Generally speaking, statements made by a decedent are hearsay. Evid.R. 804(B)(5) excepts statements of a deceased person from the hearsay rule under the following conditions: (1) the declarant must be unavailable under Evid.R. 804(A), and (2) the “estate or personal representative of the decedent’s estate” must be a party, and (3) the statement must have been made before the death or incompetency of the decedent, and (4) the statement must be offered to “rebut testimony by an adverse party on a matter within the knowledge of decedent.”
As stated in Bilikam v. Bilikam (1982), 2 Ohio App.3d 300, 2 OBR 332, 441 N.E.2d 845, paragraph four of syllabus:
“Evid.R. 804(B) is an exception to the hearsay rule for the benefit of a representative of a decedent to permit the decedent to ‘speak from the grave’ to rebut testimony of a party who may now testify under Evid.R. 601.”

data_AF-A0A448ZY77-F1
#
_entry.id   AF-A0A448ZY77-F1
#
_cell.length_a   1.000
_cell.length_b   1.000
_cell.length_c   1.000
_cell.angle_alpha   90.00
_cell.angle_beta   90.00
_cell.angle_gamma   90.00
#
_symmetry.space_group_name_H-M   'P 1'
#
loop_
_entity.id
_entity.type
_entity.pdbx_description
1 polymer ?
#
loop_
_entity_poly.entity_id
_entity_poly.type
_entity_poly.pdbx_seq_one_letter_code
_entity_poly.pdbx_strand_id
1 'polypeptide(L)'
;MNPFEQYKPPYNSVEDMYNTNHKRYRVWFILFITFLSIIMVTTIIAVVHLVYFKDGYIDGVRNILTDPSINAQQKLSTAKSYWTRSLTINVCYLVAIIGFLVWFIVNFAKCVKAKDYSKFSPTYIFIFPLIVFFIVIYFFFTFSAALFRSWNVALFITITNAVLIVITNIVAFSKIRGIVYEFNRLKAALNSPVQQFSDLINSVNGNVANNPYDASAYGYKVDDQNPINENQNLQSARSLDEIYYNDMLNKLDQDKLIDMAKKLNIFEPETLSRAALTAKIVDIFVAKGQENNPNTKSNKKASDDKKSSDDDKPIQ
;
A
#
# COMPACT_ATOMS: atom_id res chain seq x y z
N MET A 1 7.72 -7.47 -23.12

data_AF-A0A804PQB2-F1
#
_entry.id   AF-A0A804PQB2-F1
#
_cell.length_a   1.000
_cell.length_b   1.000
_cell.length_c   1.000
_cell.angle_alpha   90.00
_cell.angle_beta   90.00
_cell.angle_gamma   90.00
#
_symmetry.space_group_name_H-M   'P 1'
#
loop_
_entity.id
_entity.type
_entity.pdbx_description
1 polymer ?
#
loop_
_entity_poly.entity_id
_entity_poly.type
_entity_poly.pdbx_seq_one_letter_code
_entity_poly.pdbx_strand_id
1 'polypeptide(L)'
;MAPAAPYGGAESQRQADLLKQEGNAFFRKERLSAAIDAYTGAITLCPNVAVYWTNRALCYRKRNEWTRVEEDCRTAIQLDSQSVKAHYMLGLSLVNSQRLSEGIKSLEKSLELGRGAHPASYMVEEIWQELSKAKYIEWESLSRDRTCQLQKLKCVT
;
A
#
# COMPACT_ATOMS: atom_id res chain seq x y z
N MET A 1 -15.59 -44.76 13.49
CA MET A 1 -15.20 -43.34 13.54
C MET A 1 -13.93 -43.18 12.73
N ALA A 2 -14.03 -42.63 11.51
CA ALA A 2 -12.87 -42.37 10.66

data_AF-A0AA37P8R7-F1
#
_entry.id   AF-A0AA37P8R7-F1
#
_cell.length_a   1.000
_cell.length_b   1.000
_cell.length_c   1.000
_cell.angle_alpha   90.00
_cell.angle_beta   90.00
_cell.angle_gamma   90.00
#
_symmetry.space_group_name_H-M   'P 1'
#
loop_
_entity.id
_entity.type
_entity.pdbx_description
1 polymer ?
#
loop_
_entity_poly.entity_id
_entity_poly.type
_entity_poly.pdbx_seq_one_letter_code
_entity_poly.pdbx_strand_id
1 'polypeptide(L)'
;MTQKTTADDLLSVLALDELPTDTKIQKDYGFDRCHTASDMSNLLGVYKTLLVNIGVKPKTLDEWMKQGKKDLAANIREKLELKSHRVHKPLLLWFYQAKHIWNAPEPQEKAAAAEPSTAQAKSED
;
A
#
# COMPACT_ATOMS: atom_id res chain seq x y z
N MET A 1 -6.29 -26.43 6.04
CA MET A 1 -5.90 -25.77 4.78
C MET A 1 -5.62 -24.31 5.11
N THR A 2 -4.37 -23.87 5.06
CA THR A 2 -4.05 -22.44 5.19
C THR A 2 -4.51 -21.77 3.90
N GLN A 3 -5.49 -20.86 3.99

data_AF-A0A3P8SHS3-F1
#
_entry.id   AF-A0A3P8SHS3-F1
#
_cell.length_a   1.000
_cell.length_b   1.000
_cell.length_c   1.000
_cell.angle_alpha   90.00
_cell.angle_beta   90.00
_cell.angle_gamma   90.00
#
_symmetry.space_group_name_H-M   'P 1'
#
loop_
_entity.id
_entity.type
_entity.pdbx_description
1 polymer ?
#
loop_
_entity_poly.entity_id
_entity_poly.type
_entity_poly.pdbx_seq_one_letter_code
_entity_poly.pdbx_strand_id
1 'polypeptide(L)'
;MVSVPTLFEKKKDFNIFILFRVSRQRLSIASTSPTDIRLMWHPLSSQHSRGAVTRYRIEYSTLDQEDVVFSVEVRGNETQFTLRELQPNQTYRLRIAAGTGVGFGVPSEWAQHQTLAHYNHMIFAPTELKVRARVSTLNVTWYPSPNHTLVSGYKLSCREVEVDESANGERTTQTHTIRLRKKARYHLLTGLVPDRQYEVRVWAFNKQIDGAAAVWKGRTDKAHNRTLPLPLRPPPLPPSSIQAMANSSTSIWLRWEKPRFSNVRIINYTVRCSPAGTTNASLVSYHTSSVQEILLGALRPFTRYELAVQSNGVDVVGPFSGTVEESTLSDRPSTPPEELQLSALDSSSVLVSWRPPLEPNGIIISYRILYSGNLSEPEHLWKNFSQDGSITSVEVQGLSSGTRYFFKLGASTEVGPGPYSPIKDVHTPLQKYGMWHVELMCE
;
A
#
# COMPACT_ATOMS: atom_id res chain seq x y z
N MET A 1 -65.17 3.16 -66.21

In other words, this hearsay exception is not applicable by the party opposing the decedent. Rather, it is a hearsay exception for the declarations of a decedent which rebut testimony of an adverse party and is available only to the party substituting for the decedent. Bilikam, supra, at 305, 2 OBR at 337, 441 N.E.2d at 851. The exception was formulated to safeguard an estate from fraudulent claims and to create an “evidentiary balance” between the testimony now permitted through Evid.R. 601 and the contradictory, but hearsay, statements of a decedent on the same matter. See Johnson v. Porter (1984), 14 Ohio St.3d 58, at 62-63.
Many courts inappropriately let in statements of decedents when they shouldn’t.